The name is Bond…    

Buying shares in a business is easy enough to understand. But there is another way to invest in the performance of a business without buying shares in it, by investing in bonds. But what exactly is a bond? 

At Continuum, we look at what a bond is, what it does – and whether bond investment could provide answers for you.

Investing in lending

A bond is essentially a loan, which pays the lender. A government or a business can borrow by selling bonds to investors if it needs to raise funds. Governments issue bonds to fund roads, schools and infrastructure. Corporations use them to fund investment in plant or acquisitions.

Issuing bonds can raise much larger sums than a bank or other lender could provide, because they can allow investment from many thousands of individuals, pension and investment funds, insurance companies and others.

Why do they lend? To enjoy two sources of return. The first comes as payments with a set rate, usually at the rate of two a year, from the bond issuer. The second is a final repayment when the bond matures.

You can think of bond investment as much like making a loan, getting regular interest repayments, and then getting the original sum repaid.

A cash income and your money back sounds like the perfect investment. But things are not quite that simple.

Some bonds are gilt edged. Some are junk

Bonds are only as good as the government or corporation that provided them. Some Governments and businesses can potentially collapse, leaving bond holders with worthless scraps of paper.

The most secure bonds are issued by stable governments of wealthy countries. In the UK, government bonds are referred to as “gilt-edged securities” or just gilts. In the US they are called Treasuries, in Germany they are Bunds.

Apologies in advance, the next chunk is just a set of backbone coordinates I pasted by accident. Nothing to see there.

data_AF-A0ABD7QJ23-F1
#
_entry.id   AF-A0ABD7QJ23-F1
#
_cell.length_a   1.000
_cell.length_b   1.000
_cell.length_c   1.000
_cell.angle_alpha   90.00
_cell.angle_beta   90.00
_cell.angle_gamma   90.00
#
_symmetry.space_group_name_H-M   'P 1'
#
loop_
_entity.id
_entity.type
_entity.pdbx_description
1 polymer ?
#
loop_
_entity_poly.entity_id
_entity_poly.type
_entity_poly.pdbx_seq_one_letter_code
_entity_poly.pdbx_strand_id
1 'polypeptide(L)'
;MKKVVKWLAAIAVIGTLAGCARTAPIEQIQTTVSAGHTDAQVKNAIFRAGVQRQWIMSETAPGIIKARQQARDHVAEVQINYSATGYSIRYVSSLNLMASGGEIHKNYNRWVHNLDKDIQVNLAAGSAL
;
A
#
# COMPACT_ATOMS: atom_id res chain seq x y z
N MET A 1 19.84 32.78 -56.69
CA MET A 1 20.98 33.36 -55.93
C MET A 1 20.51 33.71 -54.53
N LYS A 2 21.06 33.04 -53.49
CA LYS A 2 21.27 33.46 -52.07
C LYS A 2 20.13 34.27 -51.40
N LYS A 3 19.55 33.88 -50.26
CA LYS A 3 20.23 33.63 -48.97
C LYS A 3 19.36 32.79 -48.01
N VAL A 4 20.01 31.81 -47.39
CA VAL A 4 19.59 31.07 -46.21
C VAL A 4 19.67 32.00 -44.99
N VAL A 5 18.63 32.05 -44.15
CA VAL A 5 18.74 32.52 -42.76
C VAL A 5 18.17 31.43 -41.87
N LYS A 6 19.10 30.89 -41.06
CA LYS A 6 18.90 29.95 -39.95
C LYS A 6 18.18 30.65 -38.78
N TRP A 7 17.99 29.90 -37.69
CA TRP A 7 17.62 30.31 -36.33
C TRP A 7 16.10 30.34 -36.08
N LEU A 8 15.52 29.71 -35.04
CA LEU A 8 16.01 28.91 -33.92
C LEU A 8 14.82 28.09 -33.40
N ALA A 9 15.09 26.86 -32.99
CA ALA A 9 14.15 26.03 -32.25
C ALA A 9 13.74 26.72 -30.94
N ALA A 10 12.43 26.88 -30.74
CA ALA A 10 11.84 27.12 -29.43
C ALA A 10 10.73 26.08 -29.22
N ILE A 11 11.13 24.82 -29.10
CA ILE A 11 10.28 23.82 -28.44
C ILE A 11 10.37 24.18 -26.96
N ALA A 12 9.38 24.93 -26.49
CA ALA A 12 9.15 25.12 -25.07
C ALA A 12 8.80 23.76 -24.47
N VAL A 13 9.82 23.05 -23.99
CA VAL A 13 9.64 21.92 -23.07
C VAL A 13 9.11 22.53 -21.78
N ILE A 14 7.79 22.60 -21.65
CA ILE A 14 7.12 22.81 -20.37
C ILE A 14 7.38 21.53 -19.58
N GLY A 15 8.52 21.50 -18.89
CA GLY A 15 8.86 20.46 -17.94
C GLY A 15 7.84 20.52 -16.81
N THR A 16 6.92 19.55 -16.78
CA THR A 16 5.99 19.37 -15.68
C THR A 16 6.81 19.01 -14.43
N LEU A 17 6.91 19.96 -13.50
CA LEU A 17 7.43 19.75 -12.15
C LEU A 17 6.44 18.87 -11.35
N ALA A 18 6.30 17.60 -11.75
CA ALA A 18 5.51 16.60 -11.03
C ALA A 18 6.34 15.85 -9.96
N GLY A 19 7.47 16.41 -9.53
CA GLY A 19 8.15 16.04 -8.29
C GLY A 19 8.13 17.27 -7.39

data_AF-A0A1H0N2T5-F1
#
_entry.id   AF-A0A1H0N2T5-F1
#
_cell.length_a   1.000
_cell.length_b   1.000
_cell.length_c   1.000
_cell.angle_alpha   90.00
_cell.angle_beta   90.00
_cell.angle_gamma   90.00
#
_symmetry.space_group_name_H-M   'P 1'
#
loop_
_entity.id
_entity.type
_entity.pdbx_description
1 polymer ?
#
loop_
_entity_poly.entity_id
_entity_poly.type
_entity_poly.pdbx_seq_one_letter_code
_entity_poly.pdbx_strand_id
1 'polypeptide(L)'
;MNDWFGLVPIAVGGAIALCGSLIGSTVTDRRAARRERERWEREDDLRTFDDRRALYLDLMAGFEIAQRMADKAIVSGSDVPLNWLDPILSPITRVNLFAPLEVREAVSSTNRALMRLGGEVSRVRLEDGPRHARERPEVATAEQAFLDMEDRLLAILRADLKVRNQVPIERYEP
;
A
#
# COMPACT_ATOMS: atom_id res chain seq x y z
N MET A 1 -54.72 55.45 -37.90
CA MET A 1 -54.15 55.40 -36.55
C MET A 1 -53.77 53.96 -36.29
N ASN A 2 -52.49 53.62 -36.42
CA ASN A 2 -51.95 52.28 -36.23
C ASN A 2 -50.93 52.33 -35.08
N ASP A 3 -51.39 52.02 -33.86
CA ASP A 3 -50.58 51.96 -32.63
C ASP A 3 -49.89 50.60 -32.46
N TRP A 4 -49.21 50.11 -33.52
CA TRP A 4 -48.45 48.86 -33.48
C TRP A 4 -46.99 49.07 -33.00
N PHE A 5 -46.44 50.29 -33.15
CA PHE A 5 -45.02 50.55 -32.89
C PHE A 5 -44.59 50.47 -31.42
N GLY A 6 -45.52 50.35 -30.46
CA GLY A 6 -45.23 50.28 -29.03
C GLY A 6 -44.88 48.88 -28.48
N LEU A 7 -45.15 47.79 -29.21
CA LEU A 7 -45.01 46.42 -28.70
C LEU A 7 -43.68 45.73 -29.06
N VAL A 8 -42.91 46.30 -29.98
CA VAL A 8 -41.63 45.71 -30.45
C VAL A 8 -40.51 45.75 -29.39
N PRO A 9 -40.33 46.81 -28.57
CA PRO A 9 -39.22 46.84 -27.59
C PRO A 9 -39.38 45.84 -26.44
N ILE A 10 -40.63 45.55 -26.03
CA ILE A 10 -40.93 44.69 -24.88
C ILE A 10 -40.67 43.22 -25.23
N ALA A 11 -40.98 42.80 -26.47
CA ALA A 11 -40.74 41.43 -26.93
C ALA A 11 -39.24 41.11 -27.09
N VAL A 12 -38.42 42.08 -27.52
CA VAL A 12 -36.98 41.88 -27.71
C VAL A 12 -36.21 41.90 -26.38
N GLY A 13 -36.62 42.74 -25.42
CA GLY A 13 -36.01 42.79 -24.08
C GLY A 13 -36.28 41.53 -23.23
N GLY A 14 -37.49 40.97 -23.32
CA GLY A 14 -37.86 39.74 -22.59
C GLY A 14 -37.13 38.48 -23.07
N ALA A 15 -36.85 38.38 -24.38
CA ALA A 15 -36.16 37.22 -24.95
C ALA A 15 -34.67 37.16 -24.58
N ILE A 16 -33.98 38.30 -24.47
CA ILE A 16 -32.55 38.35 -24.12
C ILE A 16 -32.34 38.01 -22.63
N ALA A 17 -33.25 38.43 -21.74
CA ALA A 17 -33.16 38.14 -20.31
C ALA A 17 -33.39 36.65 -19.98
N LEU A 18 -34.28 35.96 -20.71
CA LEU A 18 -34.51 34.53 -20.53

Less stable government and corporate bonds may be referred to as Investment grade. Investment-grade bonds might not offer huge returns, but the risk of the borrower defaulting on interest payments is still small.

The riskiest bonds are referred to as Junk Bonds. The borrowers have credit ratings that are less than pristine, making it difficult for them to acquire capital in any other way – so they have to offer bonds at generous rates. The risk can be high – but potentially, so can the returns. 

The higher the risk, the better the interest payments will be – because the issuers need to pay more to get investors to buy their bonds. 

There are organisations that rate the quality of each bond by assigning a credit rating, so you know how likely it is that you’ll get your expected payments. The two best known agencies that rate bonds are Standard & Poor’s (S&P) and Moody’s. They have similar ratings systems, based on the issuer’s current financial and credit histories. 

How long you hold the bond also comes into play. Bonds with longer durations – say a 10-year bond versus a 1-year bond – pay higher yields. You are paid more for keeping your money tied up for a longer period of time.

Should you buy bonds?

Bonds can provide income. They tend to rise when stocks fall – making them a valuable way to diversify your portfolio, and enjoy predictable returns if income, rather than capital growth is your objective.

The time might be right to look at bonds again. 

The rates of interest offered by bonds, known as ‘yields’ were low when interest rates were also at rock bottom. 

You can also trade bonds after they have been issued, and the price can vary along with interest rates. As interest rates rise, bond prices fall. That’s because when rates climb, new bonds are issued at the higher rate, making existing bonds with lower rates less valuable.

How do you invest in bonds?

If you invest through a fund, the chances are that your fund manager will have at least a proportion of the funds in his or her charge invested in bonds. There are also specialist bond funds to consider.

If you are investing for income, the chances are that some form of bond investment might form part of your investment plans – but as with any other type of investing, expert help is essential.

At Continuum we can provide the help you need. Simply call us today 

The information contained in this article is based on the opinion of Continuum and does not constitute financial advice or a recommendation to suitable investment strategy, you should seek independent financial advice before embarking on any course of action.

The value and returns of an investment are not guaranteed, investors may lose some or all of their investment. Capital is at risk.

The Financial Conduct Authority does not regulate taxation advice, and UK Government Securities.

Past performance is not a guide to future performance.

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